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Tuesday, November 8, 2022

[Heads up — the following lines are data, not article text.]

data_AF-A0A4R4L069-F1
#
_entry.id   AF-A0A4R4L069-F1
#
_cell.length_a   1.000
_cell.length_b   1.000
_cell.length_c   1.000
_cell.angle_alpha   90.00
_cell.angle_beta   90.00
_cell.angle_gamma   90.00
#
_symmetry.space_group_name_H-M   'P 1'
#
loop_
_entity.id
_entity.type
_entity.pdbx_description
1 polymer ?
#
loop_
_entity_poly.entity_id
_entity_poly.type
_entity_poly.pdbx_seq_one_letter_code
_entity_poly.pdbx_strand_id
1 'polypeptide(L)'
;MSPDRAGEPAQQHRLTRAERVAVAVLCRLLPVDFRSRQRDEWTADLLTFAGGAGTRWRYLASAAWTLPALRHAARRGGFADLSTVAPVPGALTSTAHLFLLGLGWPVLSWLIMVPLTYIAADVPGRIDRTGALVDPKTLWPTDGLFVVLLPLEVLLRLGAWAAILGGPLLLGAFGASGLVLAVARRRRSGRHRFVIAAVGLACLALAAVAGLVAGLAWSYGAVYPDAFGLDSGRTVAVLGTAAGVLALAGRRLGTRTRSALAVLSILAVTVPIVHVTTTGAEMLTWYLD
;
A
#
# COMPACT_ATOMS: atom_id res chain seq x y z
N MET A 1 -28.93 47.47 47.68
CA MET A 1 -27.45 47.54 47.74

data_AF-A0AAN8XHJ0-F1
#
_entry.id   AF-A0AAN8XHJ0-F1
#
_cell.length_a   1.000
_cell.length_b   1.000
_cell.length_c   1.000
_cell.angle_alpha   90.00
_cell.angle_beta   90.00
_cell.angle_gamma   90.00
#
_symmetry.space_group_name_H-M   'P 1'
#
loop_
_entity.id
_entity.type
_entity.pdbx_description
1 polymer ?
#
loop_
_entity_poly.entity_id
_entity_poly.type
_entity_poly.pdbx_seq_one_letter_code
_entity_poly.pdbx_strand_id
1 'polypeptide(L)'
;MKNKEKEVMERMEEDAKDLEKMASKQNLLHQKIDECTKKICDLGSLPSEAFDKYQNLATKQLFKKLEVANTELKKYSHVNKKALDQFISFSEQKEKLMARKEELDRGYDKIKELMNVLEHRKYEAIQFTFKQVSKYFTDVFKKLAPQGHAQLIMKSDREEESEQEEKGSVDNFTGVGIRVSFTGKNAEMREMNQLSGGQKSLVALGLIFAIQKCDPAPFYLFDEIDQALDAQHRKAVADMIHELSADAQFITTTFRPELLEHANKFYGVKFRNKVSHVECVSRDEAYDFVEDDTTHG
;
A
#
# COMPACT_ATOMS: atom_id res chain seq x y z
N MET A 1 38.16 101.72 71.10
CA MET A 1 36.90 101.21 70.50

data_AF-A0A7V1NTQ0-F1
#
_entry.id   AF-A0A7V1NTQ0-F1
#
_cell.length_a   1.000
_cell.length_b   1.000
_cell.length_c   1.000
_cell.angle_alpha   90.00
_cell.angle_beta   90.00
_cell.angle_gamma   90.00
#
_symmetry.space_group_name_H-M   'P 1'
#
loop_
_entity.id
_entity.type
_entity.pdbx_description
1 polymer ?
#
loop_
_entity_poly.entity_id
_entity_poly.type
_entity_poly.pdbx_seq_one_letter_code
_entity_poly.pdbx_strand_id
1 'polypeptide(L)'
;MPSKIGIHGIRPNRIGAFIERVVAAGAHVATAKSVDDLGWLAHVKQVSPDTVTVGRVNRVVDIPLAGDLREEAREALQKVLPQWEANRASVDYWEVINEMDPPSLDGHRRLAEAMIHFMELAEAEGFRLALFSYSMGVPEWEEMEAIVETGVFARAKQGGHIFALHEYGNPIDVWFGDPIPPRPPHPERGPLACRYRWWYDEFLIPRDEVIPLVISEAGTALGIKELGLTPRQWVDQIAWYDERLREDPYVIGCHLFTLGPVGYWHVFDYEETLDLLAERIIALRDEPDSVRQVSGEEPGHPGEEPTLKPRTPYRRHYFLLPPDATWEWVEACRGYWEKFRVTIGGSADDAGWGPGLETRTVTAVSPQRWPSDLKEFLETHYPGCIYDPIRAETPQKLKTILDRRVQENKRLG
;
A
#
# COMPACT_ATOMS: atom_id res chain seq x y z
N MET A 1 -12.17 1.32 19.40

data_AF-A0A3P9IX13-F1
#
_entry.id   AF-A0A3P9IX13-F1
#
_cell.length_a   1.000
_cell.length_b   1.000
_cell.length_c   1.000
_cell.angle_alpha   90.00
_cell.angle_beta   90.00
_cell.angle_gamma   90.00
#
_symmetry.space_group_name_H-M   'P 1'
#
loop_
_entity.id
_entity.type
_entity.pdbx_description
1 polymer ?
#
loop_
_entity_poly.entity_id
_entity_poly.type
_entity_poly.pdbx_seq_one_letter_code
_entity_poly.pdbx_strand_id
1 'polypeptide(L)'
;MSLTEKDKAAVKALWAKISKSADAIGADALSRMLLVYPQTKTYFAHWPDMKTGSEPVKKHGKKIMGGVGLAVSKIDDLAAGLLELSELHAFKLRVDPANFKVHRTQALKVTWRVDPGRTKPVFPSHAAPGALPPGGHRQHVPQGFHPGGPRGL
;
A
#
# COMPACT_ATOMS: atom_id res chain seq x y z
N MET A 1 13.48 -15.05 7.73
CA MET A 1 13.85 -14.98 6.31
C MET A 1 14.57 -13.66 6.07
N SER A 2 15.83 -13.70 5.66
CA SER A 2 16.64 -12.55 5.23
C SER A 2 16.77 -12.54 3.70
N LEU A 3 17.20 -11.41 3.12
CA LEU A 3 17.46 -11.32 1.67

Alaska "Fundamental Shift” Coming to NPFMC as Native Voices Become Part of the “Way We Do Business” by Peggy Parker - November 7, 2022 The North Pacific Fisheries Management Council approved a new, dedicated seat on their Advisory Panel for a Native Alaskan at their October meeting. They are now asking for Alaska Native Tribes and tribal groups to send nominations in by February 3, 2023. “The Council has received consistent and increased engagement from Alaska Native Tribes and communities in its process and wants to ensure Tribal perspectives are included and represented on its Advisory Panel,” the statement from the council explained. “The Council’s intent is to consider applicants for this seat every three years, with three terms as the maximum, like many other Advisory Panel seats.” “There are no particular educational or professional requirements,” according to the website. “However, experience in fisheries, commercial or subsistence, and training in a related western scientific field and/or being considered a Local Knowledge and Traditional Knowledge expert would be preferred.” The appointment will be announced on February 9, 2023 with the new member's term starting at the April meeting. This is a milestone in a ripening movement to bring Alaska Native knowledge, experience, and culture into management of the resources they fundamentally depend on. Those resources include marine mammals as well as fish, crab, and salmon; plant life in the ocean and on the tundra, birds and caribou. In short, their environment. The story behind the Council’s action began years ago as residents of Bering Sea communities, many subsistence hunters and fishermen, saw changes to the ocean that impacted their food security and way of life. Participation in management decisions of the resources they relied upon was not easy. Cultural barriers including language and frames of reference (subsistence use of the resource versus commercial or sport management), along with systemic racism and geographical remoteness created wide chasms that only recently have been narrowed by efforts on both sides. Mellisa Maktuayaq Johnson, an Iñupiaq born and raised in Nome, Alaska, has seen the struggle and advancements up close. Johnson, a tribal member of Nome Eskimo Community, is the Indigenous Communication and Engagement Specialist for the US Inter-Agency Research and Policy Committee (IARPC). From 2018 to 2022, she was the Executive Director of the Bering Sea Elders Group. She has sixteen years experience with tribal health, currently works with the Arctic-Yukon-Kuskokwim Tribal Consortium (AYK TC) as a Government Affairs and Policy Director, and is an Air Force Veteran. She was also newly appointed to the Council’s Advisory Panel. At the October meeting of the AP, Johnson made the motion to create two Native-designated seats to the panel. Her motion, after a spirited and at times difficult discussion among panel members, passed by two votes. When the motion was discussed by the Council a few days later, Council member Andy Mezirow introduced a motion for one seat, not two as the AP recommended. His motion came during a time when amendments to the the Magnuson-Stevens Act have called for two seats on the Council itself to be designated for Native Alaskans. It is also not two months into Congresswoman Mary Peltola’s partial term to finish Congressman Don Young’s term. Young died unexpectedly in February. Peltola won the special election to serve out the remaining few months of his term, and she in running in tomorrow’s mid term elections to serve another two years. She has publicly supported the idea of dedicated Native seats on the federal fisheries management council in Alaska. Mezirow referenced this language in the draft bill in Congress during his statement on the motion. “While we lack the authority to make it happen, as one council member, I hope to see the day that we can welcome Native Alaska tribal seats to join us here. I’m sure this would be a better process for it.” “We’ve made room at our tables in various committees to include Alaska Native perspectives,” Mezirow said. “It’s time to ensure that this perspective is permanently included in our Advisory Panel.” Other council members agreed. Council co-chair Bill Tweit acknowledged that designated seats on the AP is a break from tradition, and hoped “..we don’t start creating others without similar consideration.” He also noted the seismic shift in thinking this has triggered. “For us, it represents a pretty fundamental shift in how we do business, how we view the world, and how we view our own role in the world, relative to others,” Tweit said, adding he would support the motion. “I will be wholeheartedly supporting it,” said Angel Drobnica, another council member. “And thanks to all the testifiers for sharing your voices and perspective. I thank Ms. Johnson for her leadership on this as well. This action will very much enrich our process.” “It’s been amazing public comment we’ve heard not just today but for years,” said Council chair Simon Kineen. “Thank you Ms. Johnson for bringing this forward and for making the Advisory Panel a more welcoming place.” Kineen then asked if there were any objections to the motion. After a pause, he said “I thought not. Motion passes unanimously.” Environment/Science Researchers investigate impact of road salt on salmon A group of researchers in Metro Vancouver is starting a 5-year study to see if salt is harming salmon CBC News by Rafferty Baker - November 7, 2022 Chris Wood, an adjunct professor in the zoology department at UBC, points to a spawning salmon in Stoney Creek. Wood, his fellow scientists and dozens of volunteers are beginning a five-year study to investigate the effect of road salt on salmon in creeks around Metro Vancouver. (UBC) Labeling and Marketing Alaska Seafood Marketing’s All Hands on Deck meet this week National Fisherman by Alaska Seafood Marketing Institute - November 6, 2022 The Alaska Seafood Marketing Institute will host its annual All Hands On Deck meeting in Girdwood, Alaska, and virtually online during November 9-11. Pacific Seafood Processors Association 1900 W Emerson Place Suite 205, Seattle, WA 98119 Phone: 206.281.1667 E-mail:; Website: Our office days/hours are Monday-Friday 8:00 A.M. - 5:00 P.M. In accordance with Title 17 U.S.C. Section 107, any copyrighted work in this message is distributed under fair use without profit or payment to those who have expressed a prior interest in receiving this information for non-profit research and educational purposes only. *Inclusion of a news article, report, or other document in this email does not imply PSPA support or endorsement of the information or opinion expressed in the document.